Written by: Jayson Morris
A couple of weeks ago, I had the privilege of attending the Draper Richards Kaplan Foundation conference for their social entrepreneurs. It is an extraordinary event bringing together some of the world’s top minds for several days of inspiration and sharing.
Having spent several days listening to the young entrepreneurs themselves, to organizations that have successfully scaled to the $50 million level, and to other experts in the room, I found a few themes repeated over and over, that not only benefit young social entrepreneurs but also can be applied to nearly everyone:
Hire —> retain —> develop – Turnover in all companies is costly, so the most successful organizations take time hiring – fire quickly if needed, and then invest a tremendous amount of time and energy to retain and develop their staff. This may require prioritizing training and mentoring above other challenges, and at times it can seem to be expensive. However the cost of replacing talent is far more expensive. Make focus on people a daily mantra.
Double Down on Your Best People – Along the same lines, successful organizations give their best people the key stretch opportunities that are critical for the organization’s success. These people have demonstrated high capability and are invested in and given room to grow, which translates to bigger ROI for the organization. So be sure to spend 80% of your time on your best employees and 20% on the rest, not vice versa.
Know what you do and the “no, not yets" – You have to say no to some things, even if they are interesting, even if someone really wants you to do it. Otherwise, you end up never having the time to really say yes. To get better at this, I recommend reading the book Essentialism and take steps to enacting it day to day. It can definitely be a bit socially awkward to say no at first, but the returns are worth it.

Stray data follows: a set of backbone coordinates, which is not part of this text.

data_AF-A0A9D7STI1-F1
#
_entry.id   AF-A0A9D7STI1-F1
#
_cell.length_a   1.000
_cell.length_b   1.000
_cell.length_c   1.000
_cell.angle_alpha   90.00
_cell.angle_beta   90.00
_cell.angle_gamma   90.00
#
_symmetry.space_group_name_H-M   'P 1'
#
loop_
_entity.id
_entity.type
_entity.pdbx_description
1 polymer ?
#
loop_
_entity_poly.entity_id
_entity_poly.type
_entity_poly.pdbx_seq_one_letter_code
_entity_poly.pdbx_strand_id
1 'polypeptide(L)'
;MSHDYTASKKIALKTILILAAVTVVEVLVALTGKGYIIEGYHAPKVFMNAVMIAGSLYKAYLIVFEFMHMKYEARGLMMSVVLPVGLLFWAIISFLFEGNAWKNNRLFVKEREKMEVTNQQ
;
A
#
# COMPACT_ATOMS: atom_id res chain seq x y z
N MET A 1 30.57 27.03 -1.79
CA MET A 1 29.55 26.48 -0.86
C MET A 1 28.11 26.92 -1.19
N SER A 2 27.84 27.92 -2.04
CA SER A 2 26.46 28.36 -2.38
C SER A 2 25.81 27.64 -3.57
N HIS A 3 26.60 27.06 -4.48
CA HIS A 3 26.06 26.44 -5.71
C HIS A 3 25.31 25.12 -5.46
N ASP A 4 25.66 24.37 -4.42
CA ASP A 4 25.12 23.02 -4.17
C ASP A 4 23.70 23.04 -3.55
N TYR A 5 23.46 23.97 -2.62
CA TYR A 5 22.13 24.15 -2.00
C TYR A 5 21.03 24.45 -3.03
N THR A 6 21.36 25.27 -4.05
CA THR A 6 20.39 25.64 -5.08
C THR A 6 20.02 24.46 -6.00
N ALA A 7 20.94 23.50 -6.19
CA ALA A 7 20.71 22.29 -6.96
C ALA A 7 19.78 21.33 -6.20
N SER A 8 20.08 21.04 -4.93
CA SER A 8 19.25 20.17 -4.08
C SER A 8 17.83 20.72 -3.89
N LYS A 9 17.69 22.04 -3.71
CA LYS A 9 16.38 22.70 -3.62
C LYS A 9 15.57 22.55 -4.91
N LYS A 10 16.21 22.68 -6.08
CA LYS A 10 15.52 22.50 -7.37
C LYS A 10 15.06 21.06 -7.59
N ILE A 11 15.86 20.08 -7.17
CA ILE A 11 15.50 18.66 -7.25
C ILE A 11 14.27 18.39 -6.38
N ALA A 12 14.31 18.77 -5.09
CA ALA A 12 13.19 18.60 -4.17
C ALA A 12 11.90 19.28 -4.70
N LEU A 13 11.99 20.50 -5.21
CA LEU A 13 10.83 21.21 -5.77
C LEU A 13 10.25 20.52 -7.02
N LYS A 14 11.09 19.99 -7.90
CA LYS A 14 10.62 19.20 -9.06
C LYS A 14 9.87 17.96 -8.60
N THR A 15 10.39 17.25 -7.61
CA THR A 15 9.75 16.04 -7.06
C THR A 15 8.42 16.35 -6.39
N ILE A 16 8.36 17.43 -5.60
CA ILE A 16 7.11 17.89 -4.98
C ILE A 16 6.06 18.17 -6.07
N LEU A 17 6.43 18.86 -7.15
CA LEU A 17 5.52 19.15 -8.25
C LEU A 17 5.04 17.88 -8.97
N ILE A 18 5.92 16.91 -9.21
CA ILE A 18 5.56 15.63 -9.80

Culture is there whether its intentional or not – My old boss used to say, “Nature abhors a vacuum.” If you don’t intentionally set the culture you want, it will create itself. Leaders need to figure out what kind of culture they want, what values they have, and the steps they can take to promote each of these. For example, if you want a more casual and relaxed culture, allow more flexibility for when and where work gets done. If you want a harder working, more accountable culture, make sure everyone has SMART goals and train managers on how to oversee their teams more effectively. Regardless, leadership should hold itself accountable for determining the culture it wants, lay out steps for achieving it, and then reflect on whether it was achieved (and repeat over and over, as needed).
Cultural competence — Great leaders understand the problem that the end-beneficiary faces. They apprentice with the problem – often for years – before trying to come up with solutions. The greatest leaders refresh their understanding regularly.
Think Time – Across all industries and professions, quiet unplanned time scheduled on a recurring basis is key to creativity and the ability to strategically plan. Some people block off one morning per month, others an entire meeting-free day. Some plan personal reflection retreats throughout the year, others simply make a point to work from home. The common theme is trusting that unplanned time is a great investment, taking the initiative to set up quiet reflection time, and having the courage to treat this time as sacred as you would a meeting with the most important person you know.
Thoughts? Comments? Other ideas?